Tamang, Southwestern


A language of Nepal

Alternate Names
Kath-Bhotiya, Lama Bhote, Murmi, Rongba, Sain, Tamang Gyoi, Tamang Lengmo, Tamang Tam

109,000 (1991 census), increasing. Population for all Tamang varieties: 1,350,000 (2011 census).


Bagmati Zone, southern Dhading district; Narayani Zone, Chitwan, northwest Makwanpur, Bara, Parsa, and Rautahat districts; west and northwest Kathmandu district area.

Language Status

6a (Vigorous). Language of recognized indigenous nationality: Tamang.


Preliminary results: 86% intelligibility of Western Trisuli Tamang [tdg], 87% by Central-Eastern Tamang [taj], 54%–67% by Outer-Eastern Tamang [taj]. Relationship within Tamang needs evaluation. Southwestern Tamang has 80% lexical similarity with Western Trisuli Tamang [tdg], 76%–78% with Western Rasuwa dialect [tdg], 78% with Northwestern Tamang [tmk], 70%–73% with Eastern Gorkha Tamang [tge], 77%–93% with Eastern Tamang [taj].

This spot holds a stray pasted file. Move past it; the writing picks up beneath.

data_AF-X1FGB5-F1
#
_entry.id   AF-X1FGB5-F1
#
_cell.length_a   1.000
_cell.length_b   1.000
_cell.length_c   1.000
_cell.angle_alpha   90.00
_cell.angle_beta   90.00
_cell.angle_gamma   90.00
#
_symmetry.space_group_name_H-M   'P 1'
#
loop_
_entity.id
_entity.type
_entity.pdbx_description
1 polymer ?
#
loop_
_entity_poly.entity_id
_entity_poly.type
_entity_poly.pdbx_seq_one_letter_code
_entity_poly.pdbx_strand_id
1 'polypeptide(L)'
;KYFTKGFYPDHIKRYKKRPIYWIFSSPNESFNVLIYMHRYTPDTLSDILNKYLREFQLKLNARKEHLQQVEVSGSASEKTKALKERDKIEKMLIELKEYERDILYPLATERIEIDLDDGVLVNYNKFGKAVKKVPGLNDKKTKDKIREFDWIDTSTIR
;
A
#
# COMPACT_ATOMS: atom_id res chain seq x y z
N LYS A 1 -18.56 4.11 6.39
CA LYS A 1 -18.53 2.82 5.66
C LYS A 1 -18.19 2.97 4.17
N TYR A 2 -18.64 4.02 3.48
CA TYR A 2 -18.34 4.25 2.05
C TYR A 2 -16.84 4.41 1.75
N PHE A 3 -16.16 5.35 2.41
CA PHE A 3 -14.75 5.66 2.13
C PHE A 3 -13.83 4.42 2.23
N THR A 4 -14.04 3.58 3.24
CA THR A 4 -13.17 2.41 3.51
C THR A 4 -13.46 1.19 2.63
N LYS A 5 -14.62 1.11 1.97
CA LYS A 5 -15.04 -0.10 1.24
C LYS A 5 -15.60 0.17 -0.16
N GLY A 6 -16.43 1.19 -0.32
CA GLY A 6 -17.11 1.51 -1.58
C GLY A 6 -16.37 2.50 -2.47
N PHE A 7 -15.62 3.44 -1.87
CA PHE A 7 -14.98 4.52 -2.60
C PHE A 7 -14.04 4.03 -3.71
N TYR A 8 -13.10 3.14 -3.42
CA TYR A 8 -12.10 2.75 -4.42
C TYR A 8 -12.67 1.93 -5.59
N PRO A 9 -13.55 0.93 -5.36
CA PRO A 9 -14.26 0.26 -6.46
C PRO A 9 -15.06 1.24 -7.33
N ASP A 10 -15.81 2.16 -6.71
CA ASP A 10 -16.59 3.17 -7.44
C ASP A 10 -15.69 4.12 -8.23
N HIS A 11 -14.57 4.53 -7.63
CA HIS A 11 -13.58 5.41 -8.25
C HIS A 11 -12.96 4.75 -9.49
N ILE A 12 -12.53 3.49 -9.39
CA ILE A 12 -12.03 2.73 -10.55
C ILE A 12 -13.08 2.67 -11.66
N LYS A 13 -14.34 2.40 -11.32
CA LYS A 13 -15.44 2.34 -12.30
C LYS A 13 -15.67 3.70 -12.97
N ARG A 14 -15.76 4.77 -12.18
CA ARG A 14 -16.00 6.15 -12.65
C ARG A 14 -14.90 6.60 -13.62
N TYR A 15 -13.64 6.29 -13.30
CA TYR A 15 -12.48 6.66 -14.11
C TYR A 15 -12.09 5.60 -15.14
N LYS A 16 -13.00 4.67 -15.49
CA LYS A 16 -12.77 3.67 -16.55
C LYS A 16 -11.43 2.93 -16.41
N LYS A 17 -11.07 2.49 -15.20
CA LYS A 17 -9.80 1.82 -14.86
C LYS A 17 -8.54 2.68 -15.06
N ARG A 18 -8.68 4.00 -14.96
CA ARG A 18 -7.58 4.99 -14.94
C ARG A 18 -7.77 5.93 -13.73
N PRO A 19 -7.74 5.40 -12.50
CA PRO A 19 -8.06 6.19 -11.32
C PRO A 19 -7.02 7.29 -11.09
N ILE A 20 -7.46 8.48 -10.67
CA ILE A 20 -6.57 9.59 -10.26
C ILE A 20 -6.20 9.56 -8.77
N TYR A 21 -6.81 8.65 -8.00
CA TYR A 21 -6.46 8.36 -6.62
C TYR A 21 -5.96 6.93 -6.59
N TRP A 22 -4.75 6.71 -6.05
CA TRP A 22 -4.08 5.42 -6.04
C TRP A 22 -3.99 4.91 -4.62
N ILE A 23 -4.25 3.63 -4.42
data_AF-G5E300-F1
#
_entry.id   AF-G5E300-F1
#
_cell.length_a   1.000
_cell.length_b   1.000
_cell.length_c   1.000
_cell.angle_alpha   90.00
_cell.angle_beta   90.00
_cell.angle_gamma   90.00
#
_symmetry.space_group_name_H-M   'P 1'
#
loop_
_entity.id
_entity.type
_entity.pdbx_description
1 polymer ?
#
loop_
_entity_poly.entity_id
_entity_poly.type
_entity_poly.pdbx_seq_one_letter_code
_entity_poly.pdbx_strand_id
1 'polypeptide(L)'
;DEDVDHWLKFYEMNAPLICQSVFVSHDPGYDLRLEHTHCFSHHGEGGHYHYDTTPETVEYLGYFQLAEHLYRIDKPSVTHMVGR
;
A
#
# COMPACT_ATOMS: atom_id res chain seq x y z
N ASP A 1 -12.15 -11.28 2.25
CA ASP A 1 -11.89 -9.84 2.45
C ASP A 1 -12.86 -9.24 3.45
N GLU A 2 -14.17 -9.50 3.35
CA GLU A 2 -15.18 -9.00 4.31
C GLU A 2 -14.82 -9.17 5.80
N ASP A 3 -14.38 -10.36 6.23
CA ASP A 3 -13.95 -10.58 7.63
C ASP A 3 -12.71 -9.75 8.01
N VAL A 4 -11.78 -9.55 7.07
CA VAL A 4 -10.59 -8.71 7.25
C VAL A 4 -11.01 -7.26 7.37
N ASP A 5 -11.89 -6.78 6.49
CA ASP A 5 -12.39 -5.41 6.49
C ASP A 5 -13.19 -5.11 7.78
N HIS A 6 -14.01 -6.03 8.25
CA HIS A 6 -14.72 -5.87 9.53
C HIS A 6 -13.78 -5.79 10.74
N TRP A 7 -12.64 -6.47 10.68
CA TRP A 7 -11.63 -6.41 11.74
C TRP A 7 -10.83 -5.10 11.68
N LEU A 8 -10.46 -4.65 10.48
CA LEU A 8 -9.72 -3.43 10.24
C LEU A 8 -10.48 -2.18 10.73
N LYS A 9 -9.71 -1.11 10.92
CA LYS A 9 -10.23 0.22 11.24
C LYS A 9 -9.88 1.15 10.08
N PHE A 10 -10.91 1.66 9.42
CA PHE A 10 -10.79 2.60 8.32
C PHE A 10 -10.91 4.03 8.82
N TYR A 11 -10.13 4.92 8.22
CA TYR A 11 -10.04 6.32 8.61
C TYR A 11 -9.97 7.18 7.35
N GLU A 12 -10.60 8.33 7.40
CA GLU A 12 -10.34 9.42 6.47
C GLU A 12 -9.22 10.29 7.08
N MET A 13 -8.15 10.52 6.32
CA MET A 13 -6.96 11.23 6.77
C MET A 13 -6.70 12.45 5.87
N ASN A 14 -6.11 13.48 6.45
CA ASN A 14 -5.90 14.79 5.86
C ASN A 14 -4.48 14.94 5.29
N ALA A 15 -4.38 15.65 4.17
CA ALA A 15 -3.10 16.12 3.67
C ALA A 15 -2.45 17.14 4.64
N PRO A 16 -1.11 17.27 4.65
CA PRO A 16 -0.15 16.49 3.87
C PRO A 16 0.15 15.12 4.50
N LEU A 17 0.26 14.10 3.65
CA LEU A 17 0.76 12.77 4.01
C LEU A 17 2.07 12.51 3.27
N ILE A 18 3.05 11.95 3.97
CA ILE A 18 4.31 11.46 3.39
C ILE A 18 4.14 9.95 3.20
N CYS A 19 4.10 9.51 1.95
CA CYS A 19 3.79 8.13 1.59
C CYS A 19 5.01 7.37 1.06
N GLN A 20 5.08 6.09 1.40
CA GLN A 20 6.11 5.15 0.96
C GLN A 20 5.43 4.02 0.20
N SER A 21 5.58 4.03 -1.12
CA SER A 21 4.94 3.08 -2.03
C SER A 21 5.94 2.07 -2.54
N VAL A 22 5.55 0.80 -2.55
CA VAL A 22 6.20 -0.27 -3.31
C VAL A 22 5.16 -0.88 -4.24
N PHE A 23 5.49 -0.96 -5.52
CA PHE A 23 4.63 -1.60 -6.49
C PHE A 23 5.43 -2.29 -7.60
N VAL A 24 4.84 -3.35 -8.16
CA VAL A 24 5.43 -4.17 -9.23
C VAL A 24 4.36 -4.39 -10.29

SOV; postpositions; noun head both initial and final; no noun classes or gender; content q-word initial; up to 4 suffixes; clause constituents indicated by case-marking; genitives after nouns; relatives before nouns; question word medial; ergativity; tense and aspect; no passives or voice; CV, CVC, CCV, V, CCVC, CVCCC; tonal; 24 consonant and 5 vowel phonemes.

Language Use

Home; mixed use: Friends, religion, work, education. All ages. Positive attitudes. Also use Tibetan [bod] in religious contexts. Also use Nepali [npi] in official contexts. Also use Bhojpuri [bho], Maithili [mai].

Language Development
Literacy rate in L1: 1%–10%. Literacy rate in L2: 25%–75%. Taught in primary schools. Poetry. Magazines. Newspapers. New media. Radio programs. Films. Dictionary.

Devanagari script [Deva].

Other Comments

Buddhist, traditional religion.